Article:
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Bush Calls For $150 Billion Economic Stimulus Package

President Bush Friday proposed a $150 billion economic stimulus package to address the nation's mounting economic woes. NewsHour correspondent Kwame Holman reports on the announcement, then the NewsHour listens to the analysis of Brooks and Shields.

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  • JIM LEHRER:

    The Bush plan for boosting the economy, NewsHour correspondent Kwame Holman reports.

  • KWAME HOLMAN:

    The fast-moving train toward an economic stimulus package picked up steam this morning, as the president outlined his proposal in the Roosevelt Room of the White House.

    GEORGE W. BUSH, President of the United States: By passing an effective growth package quickly, we can provide a shot in the arm to keep a fundamentally strong economy healthy. And it will help keep economic sectors that are going through adjustments, such as the housing market, from adversely affecting other parts of our economy.

    This growth package must be temporary and take effect right away so we can get help to our economy when it needs it most. And this growth package must not include any tax increases.

    Specifically, this growth package should bolster both business investment and consumer spending, which are critical to economic growth. Giving them an incentive to invest now will encourage business owners to expand their operations, create new jobs, and inject new energy into our economy in the process.

    To be effective, a growth package must also include direct and rapid income tax relief for the American people. Americans could use this money as they see fit, to help meet their monthly bills, cover higher costs at the gas pump, or pay for other basic necessities.

  • KWAME HOLMAN:

    Minutes later, Treasury Secretary Henry Paulson said the package could cost between $140 billion and $150 billion and create half a million new jobs. He said it needed to be enacted quickly.

  • HENRY PAULSON, U.S. Treasury Secretary:

    We've got broad consensus in Congress we need to do something, so now we need to turn that into the reality of legislation. And then, I can tell you, when we get the legislation, we're going to run like a bunny here to get the relief out.

  • KWAME HOLMAN:

    Edward Lazear, chairman of the President's Council of Economic Advisers, added the administration does not believe it's too late for an economic stimulus plan to help prevent a genuine recession.

    EDWARD LAZEAR, Chair, Council of Economic Advisers: We are still at 5 percent unemployment; 5 percent unemployment is below the average for the last three decades. We don't want to talk down the economy and make it sound worse than it is.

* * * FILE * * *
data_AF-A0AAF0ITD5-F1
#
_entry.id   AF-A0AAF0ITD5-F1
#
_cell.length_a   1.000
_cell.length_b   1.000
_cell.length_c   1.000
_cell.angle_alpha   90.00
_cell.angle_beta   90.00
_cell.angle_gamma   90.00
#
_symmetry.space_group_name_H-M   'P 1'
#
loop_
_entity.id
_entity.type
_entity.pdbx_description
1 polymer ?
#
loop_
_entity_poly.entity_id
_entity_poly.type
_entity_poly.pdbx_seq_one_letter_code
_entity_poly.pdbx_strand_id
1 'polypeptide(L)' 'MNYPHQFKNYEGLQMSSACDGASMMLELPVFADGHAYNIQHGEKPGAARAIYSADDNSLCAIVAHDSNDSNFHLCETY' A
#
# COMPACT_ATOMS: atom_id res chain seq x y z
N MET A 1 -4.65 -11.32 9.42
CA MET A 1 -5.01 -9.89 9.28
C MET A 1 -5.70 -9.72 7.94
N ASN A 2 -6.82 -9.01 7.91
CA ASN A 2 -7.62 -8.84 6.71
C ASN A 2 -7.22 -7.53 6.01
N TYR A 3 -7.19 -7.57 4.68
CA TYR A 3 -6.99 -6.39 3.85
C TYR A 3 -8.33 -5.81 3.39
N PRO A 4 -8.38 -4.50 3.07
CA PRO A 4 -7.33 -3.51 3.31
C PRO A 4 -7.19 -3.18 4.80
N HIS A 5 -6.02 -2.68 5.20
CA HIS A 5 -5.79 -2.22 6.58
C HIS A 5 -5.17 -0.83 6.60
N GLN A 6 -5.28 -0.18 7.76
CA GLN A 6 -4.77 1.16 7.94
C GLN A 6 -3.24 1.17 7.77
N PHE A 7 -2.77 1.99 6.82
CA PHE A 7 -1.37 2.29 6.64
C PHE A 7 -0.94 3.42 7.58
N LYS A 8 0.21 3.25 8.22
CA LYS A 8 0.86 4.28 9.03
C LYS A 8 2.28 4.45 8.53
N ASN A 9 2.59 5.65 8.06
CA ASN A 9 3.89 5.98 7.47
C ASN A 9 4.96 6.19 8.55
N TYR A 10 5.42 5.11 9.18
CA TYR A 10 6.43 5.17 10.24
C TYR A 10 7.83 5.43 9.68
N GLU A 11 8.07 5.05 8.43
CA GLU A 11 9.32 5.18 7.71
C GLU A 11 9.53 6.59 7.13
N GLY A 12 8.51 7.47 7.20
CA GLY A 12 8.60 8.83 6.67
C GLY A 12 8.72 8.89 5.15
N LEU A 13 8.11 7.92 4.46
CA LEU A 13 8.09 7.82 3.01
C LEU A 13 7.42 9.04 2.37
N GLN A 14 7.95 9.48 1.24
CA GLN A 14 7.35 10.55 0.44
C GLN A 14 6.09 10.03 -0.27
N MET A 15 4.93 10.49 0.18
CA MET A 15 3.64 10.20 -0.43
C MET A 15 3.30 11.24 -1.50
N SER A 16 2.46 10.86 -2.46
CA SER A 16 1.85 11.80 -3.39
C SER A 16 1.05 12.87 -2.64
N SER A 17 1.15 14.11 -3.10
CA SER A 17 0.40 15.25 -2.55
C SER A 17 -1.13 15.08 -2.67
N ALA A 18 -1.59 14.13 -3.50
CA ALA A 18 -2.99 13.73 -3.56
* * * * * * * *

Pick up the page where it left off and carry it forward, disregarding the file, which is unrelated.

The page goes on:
It is still a relatively healthy economy. We want to keep it that way, and that's the reason that we're moving in this direction.

  • KWAME HOLMAN:

    The administration officials said they prefer to leave it to Congress to settle on the details of the economic plan.

    A 2001 stimulus plan gave individual taxpayers refunds of $300 and $600 for households. This time, refunds reportedly could reach $800 for low- and moderate-income individuals and $1,600 for households.

    Congressional leaders also are working urgently on a stimulus package, and across party lines. Majority Democrats, however, emphasized measures targeting lower income Americans, such as increasing spending on food stamps.

    Secretary Paulson said the administration's focus is on speed and simplicity.

  • HENRY PAULSON:

    We've looked at a lot of things. We believe that there's a great benefit to being simple. You know, the Christmas season has come and gone. We're not trying to decorate a Christmas tree here, that a huge part of this is going to be speed.

  • KWAME HOLMAN:

    Senate Democrat Chuck Schumer, chairman of the Joint Economic Committee, said today he's optimistic.

    SEN. CHUCK SCHUMER (D), New York: I am gratified. I have seen an unusual amount of desire to cooperate on this issue, on both sides of the aisle and at both sides of Pennsylvania Avenue. So I think there's an understanding of urgency.

    And if you talk to Chairman Bernanke, speed is of the essence. If we're to twiddle our thumbs and wait until May or June, it may be too late. I think, if we avoid any of the ideological fights, we could actually pass something so that it would take effect by March 1st.

  • KWAME HOLMAN:

    Congressional leaders say a bipartisan package could be presented ahead of the president's State of the Union address January 28th.